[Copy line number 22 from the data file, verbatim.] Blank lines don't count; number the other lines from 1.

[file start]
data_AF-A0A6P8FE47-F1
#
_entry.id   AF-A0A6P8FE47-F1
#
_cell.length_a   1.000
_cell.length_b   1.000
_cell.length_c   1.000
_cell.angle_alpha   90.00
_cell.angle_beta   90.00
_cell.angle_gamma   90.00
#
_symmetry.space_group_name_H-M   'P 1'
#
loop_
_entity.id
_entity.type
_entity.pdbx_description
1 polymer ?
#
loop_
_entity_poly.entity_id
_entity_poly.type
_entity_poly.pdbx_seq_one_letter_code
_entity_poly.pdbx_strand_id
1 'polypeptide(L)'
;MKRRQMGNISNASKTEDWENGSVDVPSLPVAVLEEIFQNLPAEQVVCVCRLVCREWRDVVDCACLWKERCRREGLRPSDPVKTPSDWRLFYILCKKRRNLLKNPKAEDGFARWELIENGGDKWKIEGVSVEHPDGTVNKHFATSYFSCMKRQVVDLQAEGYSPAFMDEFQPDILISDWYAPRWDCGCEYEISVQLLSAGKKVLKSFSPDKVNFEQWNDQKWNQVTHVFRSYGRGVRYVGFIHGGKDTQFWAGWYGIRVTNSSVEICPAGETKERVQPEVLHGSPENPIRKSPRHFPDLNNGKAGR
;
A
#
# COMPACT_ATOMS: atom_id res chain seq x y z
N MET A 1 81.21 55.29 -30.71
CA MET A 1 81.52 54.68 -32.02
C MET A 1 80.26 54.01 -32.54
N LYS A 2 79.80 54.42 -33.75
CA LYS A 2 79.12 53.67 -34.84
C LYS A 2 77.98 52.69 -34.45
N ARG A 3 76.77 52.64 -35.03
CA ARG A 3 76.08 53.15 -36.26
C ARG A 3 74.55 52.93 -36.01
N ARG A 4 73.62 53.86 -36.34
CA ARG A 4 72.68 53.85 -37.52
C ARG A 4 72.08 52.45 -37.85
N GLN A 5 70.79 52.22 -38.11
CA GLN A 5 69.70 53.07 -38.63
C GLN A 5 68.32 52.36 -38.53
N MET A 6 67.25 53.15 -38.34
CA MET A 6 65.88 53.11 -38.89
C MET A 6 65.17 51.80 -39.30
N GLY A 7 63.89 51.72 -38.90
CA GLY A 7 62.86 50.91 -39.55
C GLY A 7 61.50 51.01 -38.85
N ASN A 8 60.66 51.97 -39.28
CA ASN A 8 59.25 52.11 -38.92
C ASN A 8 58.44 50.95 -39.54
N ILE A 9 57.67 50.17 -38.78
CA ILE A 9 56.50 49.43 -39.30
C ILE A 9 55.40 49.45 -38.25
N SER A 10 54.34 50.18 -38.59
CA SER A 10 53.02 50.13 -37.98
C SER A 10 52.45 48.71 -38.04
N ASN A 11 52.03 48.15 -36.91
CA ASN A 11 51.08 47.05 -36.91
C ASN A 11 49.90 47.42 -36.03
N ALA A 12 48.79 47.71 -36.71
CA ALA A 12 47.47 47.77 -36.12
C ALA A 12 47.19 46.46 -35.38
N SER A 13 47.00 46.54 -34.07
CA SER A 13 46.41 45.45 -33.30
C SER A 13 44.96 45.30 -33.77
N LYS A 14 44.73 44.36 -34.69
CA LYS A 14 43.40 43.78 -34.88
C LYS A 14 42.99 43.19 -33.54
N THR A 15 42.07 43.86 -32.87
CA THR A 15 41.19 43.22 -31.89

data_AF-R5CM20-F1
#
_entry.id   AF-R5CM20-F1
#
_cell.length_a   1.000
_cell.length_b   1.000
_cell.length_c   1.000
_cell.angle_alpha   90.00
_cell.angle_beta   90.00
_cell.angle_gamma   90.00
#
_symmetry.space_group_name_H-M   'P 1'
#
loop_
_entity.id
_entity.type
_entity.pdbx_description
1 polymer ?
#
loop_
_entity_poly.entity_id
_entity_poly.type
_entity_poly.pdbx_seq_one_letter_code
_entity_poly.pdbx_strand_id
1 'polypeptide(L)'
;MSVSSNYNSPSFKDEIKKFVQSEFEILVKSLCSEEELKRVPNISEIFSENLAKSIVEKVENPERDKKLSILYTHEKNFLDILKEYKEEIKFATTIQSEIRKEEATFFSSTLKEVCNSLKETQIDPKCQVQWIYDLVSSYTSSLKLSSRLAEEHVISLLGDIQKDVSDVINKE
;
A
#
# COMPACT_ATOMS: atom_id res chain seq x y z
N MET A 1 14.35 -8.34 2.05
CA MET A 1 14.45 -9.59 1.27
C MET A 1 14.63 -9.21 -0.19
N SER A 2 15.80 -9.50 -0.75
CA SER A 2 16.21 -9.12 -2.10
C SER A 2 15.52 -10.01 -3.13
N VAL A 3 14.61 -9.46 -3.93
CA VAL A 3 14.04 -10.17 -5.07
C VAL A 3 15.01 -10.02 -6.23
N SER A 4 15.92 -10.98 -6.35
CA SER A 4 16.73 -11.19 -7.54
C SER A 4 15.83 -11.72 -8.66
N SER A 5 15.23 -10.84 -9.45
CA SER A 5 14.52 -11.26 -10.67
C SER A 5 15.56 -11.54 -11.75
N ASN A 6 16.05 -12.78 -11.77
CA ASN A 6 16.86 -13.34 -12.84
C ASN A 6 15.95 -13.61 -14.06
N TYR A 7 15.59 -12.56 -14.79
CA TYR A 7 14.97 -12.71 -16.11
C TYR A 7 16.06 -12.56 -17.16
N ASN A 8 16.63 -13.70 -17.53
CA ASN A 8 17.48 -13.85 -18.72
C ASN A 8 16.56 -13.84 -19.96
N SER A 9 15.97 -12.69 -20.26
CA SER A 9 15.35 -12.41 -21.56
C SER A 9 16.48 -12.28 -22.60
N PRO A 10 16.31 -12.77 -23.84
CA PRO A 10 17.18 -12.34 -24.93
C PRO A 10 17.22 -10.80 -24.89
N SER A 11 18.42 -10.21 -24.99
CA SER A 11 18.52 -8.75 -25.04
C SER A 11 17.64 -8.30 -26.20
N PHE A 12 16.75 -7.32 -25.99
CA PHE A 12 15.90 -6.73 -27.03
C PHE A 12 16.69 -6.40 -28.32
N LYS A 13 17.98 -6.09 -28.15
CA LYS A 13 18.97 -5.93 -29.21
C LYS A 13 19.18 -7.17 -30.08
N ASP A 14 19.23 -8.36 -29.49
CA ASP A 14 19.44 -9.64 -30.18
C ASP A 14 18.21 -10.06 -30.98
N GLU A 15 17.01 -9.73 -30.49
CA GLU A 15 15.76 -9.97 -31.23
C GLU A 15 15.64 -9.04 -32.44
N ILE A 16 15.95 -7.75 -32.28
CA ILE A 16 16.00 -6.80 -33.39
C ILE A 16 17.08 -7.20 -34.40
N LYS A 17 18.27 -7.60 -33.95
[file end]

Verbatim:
_entity_poly.type